"The line is the means to focus, ... says 'how' we are to weight the various things we are told." Thought voiced and/or in the mind.
Creeley quoted in Eigner, "Arrowhead of Meaning" (emphasis in original)
Those who get enough of [the education necessary to read an organic poem, i.e., a poem in which all of the parts are subordinated to the whole] by luck or diligence or fortunate class position (a few people are still privileged enough to get genuine liberal arts educations in this country) might then be satisfied with the pleasure they are able to obtain from organic poems whose range of reference (or again context or whatever) they are now equipped to interact with. It's a smaller minority still who continue their education into the greater difficulties (and more sophisticated pleasures) of the nonorganic, and who have the corresponding willingness to "be modern," which means to accede to their limited and limiting position in a culture which marginalizes and represses any practice capable of putting that culture's values into serious question.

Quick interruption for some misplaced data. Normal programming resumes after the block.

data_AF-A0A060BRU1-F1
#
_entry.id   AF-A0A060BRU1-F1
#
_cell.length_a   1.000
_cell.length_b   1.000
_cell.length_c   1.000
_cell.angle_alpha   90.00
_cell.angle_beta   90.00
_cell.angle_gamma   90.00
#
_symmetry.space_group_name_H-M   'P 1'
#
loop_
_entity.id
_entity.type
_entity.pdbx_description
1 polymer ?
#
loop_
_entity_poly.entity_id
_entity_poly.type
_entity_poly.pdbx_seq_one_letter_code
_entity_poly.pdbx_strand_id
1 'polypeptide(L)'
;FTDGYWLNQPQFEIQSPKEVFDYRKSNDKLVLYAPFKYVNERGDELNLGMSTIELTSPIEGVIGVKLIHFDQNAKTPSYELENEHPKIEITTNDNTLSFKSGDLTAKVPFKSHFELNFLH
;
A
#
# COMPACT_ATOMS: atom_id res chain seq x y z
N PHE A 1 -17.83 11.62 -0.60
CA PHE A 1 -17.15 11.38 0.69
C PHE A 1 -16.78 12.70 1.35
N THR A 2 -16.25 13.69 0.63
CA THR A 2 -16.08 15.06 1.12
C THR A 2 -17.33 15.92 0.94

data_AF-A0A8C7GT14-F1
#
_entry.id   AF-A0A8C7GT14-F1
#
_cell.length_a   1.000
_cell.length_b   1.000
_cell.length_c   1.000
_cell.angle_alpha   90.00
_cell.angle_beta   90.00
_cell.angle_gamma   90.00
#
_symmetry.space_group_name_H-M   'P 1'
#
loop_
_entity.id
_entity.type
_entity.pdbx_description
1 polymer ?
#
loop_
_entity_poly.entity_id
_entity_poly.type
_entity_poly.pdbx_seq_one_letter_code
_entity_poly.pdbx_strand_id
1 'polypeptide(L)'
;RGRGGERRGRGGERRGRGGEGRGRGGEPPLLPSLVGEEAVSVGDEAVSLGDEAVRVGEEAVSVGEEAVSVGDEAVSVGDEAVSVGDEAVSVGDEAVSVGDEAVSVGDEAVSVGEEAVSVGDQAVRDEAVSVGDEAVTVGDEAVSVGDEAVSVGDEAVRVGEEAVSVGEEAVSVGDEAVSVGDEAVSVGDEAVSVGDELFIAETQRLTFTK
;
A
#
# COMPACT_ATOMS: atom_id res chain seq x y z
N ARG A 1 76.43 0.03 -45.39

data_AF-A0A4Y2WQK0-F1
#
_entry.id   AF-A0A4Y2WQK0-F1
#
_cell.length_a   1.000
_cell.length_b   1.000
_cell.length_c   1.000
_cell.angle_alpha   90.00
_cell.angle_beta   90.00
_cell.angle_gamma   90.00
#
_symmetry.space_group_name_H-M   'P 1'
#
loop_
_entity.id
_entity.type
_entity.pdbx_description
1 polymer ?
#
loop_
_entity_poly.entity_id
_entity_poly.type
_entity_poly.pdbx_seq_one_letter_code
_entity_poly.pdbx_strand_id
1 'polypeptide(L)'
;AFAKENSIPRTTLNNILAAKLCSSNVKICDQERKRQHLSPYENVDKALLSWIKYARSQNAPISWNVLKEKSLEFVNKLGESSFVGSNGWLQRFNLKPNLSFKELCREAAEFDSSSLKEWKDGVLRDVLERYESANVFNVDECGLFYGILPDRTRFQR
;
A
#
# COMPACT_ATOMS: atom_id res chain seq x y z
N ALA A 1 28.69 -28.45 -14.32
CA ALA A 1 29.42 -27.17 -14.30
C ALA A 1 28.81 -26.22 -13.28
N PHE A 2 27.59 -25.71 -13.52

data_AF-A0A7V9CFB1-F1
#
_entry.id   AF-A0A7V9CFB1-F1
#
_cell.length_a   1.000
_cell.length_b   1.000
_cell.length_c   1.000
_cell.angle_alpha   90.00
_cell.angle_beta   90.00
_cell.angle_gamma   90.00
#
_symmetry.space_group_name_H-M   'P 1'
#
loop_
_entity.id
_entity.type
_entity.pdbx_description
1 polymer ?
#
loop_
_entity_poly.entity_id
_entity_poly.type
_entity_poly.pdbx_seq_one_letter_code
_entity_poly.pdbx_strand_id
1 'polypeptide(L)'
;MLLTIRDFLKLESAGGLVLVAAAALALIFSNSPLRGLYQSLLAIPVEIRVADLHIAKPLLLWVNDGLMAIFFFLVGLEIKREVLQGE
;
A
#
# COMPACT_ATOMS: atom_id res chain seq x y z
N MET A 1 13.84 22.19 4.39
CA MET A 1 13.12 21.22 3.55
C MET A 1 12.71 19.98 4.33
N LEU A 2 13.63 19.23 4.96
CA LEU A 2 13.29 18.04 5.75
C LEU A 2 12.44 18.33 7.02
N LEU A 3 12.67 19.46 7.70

I see an incredible and wide-ranging effort from Silliman on down to disseminate the education of desire, to teach, to turn against all odds their privately obtained education back into the public thing, the res publica, that it was always meant to be. That's why there's such a strong emphasis on community among post-avant writers and that's why poets-as-teachers* is a positive good and not something to be lamented. And that's why I celebrate blogging as a means not only of providing more direct access to writers for more people than has ever been possible before, but as means of narrowing the gap between "reader" (one who passively receives) and "writer" (who thinks/creates). As I've said before, my utopia of poetry is a world where EVERYONE is a poet, in which all voluntarily assume the pains and pleasures that come with the highest possible sensitivity to language.
spirited tars brawl sunward
one holds a reptile egg
who is too pretty to smack
holds the egg to the sun's
Now in the Egyptian language, this sole relic of a primitive world, there are a fair number of words with two meanings, one of which is the exact opposite of the other. Let us suppose, if such an obvious piece of nonsense can be imagined, that in German the word “strong” meant both “strong” and “weak”; that in Berlin the noun “light” was used to mean both “light,” and "darkness"; that one Munich citizen called beer “beer,” while another used the same word to speak of water.
But Egypt was anything but a home of nonsense. On the contrary, it was one of the cradles of the development of human reason.